In 2007 a cast of the Borghese Hermaphrodite was accepted in lieu of inheritance tax and allocated to West Wycombe Park. It had originally been brought to West Wycombe by Sir Francis Dashwood, second Baronet, in the mid-eighteenth century.
Hermaphroditus is a figure from classical mythology who has the physical attributes of both the male and the female sex.
The original Borghese Hermaphrodite sculpture was dug up in Rome in the early seventeenth century and presented to Cardinal Scipione Borghese, who had a special room dedicated to it in his Villa Borghese. The sculptor Gian Lorenzo Bernini made the uncannily realistic buttoned mattress for it in 1620.
The figure soon became famous. The English courtier and writer John Evelyn bought a reduced copy in ivory in Rome in the 1640s. A copy made for Philip IV of Spain inspired Velazquez’s unambiguously female Toilet of Venus – but this painting would itself become embroiled in gender politics when it was slashed by a Suffragette in London in 1914.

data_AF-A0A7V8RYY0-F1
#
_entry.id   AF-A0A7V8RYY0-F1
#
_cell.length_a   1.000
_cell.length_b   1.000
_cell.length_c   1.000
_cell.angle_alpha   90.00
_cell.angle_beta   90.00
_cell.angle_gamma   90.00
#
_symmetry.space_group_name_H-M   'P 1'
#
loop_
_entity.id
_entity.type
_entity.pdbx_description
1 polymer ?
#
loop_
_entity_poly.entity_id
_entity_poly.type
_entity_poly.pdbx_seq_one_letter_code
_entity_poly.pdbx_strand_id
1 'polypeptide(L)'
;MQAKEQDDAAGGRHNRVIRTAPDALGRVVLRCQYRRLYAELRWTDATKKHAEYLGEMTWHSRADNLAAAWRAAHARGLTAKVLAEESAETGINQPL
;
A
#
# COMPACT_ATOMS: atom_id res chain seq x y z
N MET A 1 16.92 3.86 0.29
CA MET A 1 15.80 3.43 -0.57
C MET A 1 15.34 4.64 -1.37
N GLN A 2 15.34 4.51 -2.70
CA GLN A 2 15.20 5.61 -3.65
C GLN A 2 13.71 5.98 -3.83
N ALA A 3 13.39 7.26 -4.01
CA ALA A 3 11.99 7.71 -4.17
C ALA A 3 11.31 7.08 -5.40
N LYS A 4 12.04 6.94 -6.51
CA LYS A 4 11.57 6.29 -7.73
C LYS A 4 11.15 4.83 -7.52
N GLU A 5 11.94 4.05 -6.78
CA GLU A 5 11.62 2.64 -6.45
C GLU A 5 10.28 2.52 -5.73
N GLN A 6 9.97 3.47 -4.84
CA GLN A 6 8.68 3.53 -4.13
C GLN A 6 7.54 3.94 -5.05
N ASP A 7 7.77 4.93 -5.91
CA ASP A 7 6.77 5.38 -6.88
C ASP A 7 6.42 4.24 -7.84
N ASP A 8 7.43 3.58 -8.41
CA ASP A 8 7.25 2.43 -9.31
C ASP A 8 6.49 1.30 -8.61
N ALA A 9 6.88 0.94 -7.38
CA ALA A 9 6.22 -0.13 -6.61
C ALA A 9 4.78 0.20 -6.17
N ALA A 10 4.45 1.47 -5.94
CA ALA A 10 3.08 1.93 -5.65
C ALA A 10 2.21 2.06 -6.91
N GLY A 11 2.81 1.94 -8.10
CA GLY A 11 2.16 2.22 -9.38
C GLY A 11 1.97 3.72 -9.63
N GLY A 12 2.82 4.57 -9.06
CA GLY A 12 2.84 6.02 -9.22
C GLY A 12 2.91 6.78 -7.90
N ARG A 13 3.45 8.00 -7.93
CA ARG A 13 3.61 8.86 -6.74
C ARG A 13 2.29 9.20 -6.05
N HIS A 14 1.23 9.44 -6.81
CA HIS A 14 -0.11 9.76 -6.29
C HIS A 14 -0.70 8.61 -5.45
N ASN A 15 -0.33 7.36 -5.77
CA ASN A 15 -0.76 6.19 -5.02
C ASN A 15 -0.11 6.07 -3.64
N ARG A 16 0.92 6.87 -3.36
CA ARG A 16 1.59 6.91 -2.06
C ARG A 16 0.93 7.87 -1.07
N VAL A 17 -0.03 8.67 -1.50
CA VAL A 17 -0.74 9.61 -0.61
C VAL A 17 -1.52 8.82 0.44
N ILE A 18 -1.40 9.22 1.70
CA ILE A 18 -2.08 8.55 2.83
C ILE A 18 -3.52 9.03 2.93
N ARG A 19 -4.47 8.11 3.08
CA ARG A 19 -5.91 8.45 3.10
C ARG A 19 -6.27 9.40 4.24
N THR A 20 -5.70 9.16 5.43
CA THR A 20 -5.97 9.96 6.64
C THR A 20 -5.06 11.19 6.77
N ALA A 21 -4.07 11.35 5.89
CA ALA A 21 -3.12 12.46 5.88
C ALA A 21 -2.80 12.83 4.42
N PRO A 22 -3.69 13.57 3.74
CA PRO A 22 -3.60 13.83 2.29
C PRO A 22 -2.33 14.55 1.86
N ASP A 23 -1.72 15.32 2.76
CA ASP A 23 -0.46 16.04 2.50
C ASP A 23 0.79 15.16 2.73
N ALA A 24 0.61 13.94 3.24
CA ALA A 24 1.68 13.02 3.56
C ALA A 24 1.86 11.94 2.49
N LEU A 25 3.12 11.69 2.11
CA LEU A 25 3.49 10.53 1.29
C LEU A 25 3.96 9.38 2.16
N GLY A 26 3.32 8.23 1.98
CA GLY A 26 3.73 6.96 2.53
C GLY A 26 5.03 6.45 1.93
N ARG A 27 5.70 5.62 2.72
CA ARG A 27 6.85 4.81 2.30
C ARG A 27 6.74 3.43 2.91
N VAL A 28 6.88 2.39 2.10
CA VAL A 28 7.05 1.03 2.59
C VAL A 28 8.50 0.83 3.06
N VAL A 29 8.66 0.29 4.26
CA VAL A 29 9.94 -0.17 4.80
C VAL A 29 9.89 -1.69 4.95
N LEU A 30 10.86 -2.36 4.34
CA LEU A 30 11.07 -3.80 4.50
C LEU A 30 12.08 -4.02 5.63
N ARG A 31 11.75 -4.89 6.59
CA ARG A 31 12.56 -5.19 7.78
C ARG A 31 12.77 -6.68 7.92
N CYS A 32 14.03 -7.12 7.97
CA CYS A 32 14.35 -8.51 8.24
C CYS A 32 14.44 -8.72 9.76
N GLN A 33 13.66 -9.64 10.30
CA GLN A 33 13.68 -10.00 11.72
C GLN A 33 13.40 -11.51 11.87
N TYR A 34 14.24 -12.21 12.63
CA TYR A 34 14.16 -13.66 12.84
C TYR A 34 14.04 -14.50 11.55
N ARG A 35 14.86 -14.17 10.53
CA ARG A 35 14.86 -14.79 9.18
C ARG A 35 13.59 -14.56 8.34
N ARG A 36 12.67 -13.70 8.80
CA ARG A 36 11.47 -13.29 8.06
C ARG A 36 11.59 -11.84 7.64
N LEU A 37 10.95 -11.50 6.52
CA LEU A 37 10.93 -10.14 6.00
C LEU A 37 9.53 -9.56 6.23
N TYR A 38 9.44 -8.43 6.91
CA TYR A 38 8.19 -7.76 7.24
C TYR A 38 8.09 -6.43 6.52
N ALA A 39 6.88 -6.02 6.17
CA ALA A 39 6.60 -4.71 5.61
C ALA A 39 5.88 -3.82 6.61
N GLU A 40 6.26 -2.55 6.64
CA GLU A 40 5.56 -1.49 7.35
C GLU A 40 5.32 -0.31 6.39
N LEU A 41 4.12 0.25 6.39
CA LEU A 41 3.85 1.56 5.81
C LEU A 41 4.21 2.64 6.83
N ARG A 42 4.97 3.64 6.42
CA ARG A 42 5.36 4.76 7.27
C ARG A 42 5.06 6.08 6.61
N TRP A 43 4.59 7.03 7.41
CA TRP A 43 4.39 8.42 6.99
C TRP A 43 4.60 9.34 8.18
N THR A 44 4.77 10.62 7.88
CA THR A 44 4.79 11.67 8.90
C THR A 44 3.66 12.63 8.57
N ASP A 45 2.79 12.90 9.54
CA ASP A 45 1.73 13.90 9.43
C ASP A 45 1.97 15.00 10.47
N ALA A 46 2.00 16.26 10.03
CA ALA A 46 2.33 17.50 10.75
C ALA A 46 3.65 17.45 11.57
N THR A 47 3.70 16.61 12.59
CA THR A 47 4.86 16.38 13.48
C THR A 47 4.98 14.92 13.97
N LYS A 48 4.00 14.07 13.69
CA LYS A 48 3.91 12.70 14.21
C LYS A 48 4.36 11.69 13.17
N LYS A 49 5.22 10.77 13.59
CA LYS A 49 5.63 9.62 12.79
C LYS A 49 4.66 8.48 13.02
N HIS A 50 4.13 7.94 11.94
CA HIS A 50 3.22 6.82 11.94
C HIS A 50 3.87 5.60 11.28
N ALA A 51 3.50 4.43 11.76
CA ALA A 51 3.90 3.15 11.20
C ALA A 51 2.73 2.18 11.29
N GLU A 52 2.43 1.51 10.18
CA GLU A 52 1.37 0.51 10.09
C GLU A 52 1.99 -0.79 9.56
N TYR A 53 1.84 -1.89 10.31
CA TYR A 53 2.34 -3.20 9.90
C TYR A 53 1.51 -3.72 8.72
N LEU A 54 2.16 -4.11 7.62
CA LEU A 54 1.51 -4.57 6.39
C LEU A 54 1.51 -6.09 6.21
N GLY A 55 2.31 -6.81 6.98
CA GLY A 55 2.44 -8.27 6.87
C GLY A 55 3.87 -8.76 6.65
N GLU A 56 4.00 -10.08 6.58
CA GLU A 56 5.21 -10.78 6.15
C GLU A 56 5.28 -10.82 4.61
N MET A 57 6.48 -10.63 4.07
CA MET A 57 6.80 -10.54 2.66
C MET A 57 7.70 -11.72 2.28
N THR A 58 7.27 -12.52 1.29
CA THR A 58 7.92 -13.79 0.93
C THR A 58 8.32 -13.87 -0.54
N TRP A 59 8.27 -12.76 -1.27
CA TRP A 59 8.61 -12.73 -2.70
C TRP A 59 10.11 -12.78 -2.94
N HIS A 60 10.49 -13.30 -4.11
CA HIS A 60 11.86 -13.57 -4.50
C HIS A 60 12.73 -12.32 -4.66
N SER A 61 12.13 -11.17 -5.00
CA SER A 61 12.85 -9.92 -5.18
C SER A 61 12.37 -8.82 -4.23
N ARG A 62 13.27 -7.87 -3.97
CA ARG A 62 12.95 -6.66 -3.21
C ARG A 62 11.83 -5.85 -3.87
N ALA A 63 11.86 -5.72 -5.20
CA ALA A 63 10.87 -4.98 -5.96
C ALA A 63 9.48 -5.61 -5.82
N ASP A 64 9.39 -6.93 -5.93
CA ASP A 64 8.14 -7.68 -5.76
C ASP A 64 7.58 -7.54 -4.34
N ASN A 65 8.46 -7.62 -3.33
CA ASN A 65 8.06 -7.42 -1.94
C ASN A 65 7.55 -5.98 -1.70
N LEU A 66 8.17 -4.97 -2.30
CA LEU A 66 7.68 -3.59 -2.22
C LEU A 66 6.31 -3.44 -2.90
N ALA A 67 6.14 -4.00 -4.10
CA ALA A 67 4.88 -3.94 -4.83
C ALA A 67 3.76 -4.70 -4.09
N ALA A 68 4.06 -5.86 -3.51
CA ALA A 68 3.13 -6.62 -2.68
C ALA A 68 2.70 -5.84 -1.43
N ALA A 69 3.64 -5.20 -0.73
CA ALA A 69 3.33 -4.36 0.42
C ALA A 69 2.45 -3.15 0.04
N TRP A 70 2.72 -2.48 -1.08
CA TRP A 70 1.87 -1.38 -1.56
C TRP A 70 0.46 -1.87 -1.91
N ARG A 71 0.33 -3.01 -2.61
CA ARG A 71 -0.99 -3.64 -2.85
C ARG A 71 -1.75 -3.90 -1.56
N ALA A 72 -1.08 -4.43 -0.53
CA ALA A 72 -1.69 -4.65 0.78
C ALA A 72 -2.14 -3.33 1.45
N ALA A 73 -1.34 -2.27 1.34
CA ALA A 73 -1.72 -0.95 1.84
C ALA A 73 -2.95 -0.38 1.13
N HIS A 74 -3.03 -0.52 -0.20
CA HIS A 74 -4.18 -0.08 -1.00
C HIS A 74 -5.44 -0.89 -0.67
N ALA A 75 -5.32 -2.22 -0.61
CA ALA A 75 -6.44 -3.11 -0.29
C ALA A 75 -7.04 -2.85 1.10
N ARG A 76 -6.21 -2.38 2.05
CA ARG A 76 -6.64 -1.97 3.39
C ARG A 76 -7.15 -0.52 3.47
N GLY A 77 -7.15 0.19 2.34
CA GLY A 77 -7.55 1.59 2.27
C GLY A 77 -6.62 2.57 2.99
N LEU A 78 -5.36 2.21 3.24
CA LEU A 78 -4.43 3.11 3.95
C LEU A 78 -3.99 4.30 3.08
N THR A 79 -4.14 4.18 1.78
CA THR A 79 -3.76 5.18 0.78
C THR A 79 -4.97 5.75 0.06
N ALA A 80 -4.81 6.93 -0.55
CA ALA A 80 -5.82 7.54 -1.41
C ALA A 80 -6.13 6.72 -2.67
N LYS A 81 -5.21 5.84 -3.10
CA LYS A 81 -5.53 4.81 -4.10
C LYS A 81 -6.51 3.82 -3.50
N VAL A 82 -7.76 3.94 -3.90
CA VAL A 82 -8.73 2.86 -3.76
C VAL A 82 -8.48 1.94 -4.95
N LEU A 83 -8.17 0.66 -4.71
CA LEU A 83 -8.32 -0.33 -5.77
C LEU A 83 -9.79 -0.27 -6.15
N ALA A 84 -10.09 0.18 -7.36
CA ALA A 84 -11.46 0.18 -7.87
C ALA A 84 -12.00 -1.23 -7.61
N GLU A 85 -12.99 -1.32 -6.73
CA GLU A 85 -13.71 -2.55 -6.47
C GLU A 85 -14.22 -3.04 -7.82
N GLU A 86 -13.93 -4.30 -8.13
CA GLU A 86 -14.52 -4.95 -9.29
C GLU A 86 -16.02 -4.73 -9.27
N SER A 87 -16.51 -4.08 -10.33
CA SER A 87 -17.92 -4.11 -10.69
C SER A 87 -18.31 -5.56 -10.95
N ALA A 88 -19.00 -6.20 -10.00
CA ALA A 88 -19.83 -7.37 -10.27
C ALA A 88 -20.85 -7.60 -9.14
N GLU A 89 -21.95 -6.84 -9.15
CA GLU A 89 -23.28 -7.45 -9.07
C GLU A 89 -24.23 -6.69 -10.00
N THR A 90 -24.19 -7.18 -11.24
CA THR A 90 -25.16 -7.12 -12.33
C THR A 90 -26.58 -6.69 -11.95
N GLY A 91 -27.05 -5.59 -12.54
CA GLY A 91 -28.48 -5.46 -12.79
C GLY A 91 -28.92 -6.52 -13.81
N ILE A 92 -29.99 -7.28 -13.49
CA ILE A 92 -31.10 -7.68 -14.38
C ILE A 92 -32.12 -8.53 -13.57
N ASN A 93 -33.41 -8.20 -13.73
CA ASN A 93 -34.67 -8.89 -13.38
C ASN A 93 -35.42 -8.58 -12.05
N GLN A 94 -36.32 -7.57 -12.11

The West Wycombe copy reflects the second Baronet’s fascination with the celebration of sexuality in the ancient world.
The original was sold by Prince Camillo Borghese in 1807 and transferred to the Louvre. There it inspired Algernon Swinburne’s controversial 1863 poem ‘Hermaphroditus’, which explores the sensation of feminine and masculine feelings in the same body.